Hong Kong Censors Underground Film’s Title, Allows Screening
By Anna Lentchner
*updated on January 23, 2024.
On January 19, Hong Kong’s M+ museum amended the title of Zhang Yuan’s 1993 film Beijing Bastards to simply A Film by Zhang Yuan shortly before its public screening on Friday in order to receive a license from the Office for Film, Newspaper and Article Administration (OFNA).
According to a spokesperson at M+, both Zhang and the curatorial team updated the title on the museum website “to highlight the filmmaker’s presence in [the screening program] ‘Once Upon a Time in Beijing’ in the M+ Cinema Winter Edition 2024.” Running until March 2024, the M+ program includes six seminal films that feature Beijing’s rich cultural history, such as Bernardo Bertolucci’s The Last Emperor (1987) and Chen Kaige’s Farewell to My Concubine (1992). Aside from Zhang’s work, the other films all hold their original titles.
Beijing Bastards captures a fleeting moment in China’s history, when the emergence of an underground rock scene in Beijing during the late 1980’s and early ’90s became widely associated with antigovernment and antiestablishment youth culture. Two weeks before the Tiananmen Square massacre of 1989, for instance, rockstar Cui Jian infamously staged a concert for student protesters. The same musician stars in Zhang’s 85-minute, documentary-style film alongside other notable rock artists of era, who spend their days socially isolated and often intoxicated.
Notably, the film’s original title sequence displays the words “a beijing bastards group production” as well as the original title, but both segments were cut from A Film by Zhang Yuan. These amendments were also required to receive the license from OFNA, a governmental body responsible for enforcing Hong Kong’s film-classification system.
In the Hong Kong media, some commentators speculated that 雜種 / “zhazhong” (mixed-bred) of the title is a homophone to Chinese leader Xi Jingping’s surname in Cantonese, “zaap.” Other commentators believe that it is the defiant nature of the title, suggesting cultural resistance, that was problematic. While the practice of changing titles to avoid homophones is common in mainland China, it has not been to date in Hong Kong.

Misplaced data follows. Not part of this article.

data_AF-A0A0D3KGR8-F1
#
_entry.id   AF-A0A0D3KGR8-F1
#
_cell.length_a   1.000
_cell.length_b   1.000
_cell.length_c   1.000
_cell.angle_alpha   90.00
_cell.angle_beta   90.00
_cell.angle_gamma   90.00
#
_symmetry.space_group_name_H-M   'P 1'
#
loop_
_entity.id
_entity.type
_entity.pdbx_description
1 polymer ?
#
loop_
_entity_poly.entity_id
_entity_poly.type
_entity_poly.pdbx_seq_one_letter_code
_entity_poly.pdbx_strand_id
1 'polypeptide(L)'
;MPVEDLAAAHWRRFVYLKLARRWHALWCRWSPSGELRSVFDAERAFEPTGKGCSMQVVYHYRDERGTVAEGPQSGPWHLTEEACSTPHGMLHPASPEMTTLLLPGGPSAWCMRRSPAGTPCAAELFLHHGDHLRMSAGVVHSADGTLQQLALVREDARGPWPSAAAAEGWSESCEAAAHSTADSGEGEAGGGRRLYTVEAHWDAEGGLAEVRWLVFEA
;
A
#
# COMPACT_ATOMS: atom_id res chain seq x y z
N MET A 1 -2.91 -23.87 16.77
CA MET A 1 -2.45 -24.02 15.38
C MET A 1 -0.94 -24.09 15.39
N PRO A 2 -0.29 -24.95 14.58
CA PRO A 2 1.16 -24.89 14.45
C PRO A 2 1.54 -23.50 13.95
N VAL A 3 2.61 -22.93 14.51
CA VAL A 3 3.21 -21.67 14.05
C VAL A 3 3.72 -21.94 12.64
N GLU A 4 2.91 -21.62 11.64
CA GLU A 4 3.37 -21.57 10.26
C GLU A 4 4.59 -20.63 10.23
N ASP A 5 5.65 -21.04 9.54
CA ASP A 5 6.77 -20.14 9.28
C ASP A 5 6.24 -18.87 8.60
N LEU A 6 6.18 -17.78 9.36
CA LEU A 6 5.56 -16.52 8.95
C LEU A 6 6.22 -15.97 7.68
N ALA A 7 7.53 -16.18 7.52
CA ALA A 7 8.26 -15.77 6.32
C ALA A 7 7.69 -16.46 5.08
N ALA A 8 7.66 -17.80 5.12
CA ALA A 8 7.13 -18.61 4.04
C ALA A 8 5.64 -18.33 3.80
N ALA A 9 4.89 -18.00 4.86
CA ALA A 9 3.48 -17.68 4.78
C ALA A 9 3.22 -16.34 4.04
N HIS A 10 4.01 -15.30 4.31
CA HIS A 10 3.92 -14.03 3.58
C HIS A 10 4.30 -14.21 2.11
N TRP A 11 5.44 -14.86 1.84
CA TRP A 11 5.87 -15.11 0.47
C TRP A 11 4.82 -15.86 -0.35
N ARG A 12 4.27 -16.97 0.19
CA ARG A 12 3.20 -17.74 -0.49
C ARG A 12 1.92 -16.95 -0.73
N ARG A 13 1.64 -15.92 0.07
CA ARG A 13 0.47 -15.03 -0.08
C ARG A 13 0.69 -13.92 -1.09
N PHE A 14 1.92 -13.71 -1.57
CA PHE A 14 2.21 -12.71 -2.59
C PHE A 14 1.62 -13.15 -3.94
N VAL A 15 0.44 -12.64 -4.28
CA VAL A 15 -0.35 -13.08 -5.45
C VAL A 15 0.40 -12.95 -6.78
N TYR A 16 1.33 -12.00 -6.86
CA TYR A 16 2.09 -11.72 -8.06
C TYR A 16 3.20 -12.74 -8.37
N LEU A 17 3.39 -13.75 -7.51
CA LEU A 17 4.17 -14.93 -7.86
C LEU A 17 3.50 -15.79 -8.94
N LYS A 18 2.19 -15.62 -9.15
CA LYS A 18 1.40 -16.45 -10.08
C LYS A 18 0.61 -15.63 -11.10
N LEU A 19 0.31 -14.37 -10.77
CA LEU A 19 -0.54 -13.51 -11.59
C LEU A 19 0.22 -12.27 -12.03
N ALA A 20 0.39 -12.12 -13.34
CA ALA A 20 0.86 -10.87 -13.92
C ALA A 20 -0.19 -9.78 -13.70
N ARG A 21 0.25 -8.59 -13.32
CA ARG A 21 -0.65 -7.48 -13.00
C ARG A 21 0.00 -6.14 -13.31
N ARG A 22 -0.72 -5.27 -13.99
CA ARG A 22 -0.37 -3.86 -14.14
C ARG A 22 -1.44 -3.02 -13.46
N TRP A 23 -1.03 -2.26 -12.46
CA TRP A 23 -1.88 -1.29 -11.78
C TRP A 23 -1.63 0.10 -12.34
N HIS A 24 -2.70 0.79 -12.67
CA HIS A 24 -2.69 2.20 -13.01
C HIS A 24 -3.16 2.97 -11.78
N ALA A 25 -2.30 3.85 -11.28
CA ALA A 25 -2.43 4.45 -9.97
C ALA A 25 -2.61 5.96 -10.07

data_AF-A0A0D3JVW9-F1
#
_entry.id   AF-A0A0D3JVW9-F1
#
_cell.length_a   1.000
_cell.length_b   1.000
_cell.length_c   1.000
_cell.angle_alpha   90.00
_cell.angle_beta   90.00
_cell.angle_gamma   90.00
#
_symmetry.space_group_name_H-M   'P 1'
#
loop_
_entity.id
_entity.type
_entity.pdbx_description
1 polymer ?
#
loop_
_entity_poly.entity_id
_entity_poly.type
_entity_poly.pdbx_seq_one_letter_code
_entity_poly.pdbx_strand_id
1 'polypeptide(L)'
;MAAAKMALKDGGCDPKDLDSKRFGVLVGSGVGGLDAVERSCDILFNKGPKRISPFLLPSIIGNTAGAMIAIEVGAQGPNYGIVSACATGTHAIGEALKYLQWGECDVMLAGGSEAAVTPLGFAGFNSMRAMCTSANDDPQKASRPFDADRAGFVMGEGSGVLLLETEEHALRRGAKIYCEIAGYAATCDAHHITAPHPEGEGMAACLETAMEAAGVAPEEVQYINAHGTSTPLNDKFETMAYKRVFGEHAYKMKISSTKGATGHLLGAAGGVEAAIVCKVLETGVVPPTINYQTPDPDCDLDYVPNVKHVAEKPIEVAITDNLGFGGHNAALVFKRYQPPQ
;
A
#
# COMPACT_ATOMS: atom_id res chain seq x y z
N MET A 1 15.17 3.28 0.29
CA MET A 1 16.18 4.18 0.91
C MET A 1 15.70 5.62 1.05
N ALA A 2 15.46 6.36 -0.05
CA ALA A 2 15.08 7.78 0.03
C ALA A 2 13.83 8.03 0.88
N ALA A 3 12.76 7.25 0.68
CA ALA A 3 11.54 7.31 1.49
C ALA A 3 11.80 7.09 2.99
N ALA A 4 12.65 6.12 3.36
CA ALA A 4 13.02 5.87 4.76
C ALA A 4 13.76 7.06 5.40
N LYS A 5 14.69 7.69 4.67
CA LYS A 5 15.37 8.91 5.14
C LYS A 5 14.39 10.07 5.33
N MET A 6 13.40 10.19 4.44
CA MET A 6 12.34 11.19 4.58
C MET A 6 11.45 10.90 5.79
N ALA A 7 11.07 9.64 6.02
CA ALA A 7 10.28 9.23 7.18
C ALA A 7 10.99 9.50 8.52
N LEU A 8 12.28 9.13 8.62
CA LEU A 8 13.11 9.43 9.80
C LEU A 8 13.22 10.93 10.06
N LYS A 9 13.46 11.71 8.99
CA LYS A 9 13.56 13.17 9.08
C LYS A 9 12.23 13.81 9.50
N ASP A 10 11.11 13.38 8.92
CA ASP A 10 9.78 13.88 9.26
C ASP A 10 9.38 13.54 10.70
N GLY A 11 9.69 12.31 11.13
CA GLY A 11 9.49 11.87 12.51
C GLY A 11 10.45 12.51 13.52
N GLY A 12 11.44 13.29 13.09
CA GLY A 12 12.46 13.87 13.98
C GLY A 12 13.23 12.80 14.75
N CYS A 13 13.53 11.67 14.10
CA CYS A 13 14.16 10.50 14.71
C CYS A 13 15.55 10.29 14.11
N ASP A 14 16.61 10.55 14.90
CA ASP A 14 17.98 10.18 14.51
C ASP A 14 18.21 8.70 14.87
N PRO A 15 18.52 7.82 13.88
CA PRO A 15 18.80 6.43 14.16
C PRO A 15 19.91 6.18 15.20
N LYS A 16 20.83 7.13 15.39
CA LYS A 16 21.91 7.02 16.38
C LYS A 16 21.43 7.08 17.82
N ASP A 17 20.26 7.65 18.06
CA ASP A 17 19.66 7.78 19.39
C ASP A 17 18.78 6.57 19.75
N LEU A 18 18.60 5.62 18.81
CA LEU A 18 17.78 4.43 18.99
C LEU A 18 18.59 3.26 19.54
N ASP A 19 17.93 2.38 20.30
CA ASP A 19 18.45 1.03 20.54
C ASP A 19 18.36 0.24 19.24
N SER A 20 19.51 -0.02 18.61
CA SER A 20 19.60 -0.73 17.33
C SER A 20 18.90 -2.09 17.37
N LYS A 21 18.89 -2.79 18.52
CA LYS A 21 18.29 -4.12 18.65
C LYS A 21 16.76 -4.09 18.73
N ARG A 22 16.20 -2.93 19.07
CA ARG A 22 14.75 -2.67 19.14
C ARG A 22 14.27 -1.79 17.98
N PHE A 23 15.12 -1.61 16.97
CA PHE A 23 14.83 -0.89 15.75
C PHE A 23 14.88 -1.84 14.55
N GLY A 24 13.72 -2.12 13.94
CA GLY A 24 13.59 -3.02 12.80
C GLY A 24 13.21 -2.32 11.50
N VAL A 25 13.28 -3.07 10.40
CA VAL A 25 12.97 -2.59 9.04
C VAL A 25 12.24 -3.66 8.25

While such Hong Kong’s film classifications mainly establish age-restrictions on mature content, in August 2021 the Film Censorship Ordinance was amended in accordance with the National Security Law. The updated guidelines restrict “any act or activity which may amount to an offence endangering national security” in films for public screening, as well as any depictions that “advocate, incite or glorify any acts or activities endangering national security.”
In Hong Kong, OFNA must provide approval for films prior to their screening, while cultural bodies like M+ have no control over the decision. Institutions and filmmakers must comply with OFNA’s requests before a license is issued.
Since the amended ordinance’s implementation, several films have been restricted in Hong Kong. In June 2021, the Film Censorship Authority canceled a screening of Sophia Yen’s documentary Taiwan Equals Love (2020) over its depiction of Taiwan as a politically autonomous state, and in October 2022 it barred Tseng Wen-chen’s film The Lucky Woman (2020) on migrant workers in Taiwan because it features scenes of protests.
In the case of Beijing Bastards—a film that the Hong Kong International Film Festival pulled from screening upon its initial release in 1994—the filmmaker, the museum, and the government reached an acceptable compromise. Zhang’s film is often reported to be banned in mainland China, but in fact it was never officially submitted to the China Film Bureau and so was never screened in cinemas. (Zhang told The New York Times in 1999: “They couldn't have reviewed a script because we didn't have one!”) The work will be shown again at M+ Cinema on February 18 under its amended title.
Anna Lentchner is assistant editor at ArtAsiaPacific.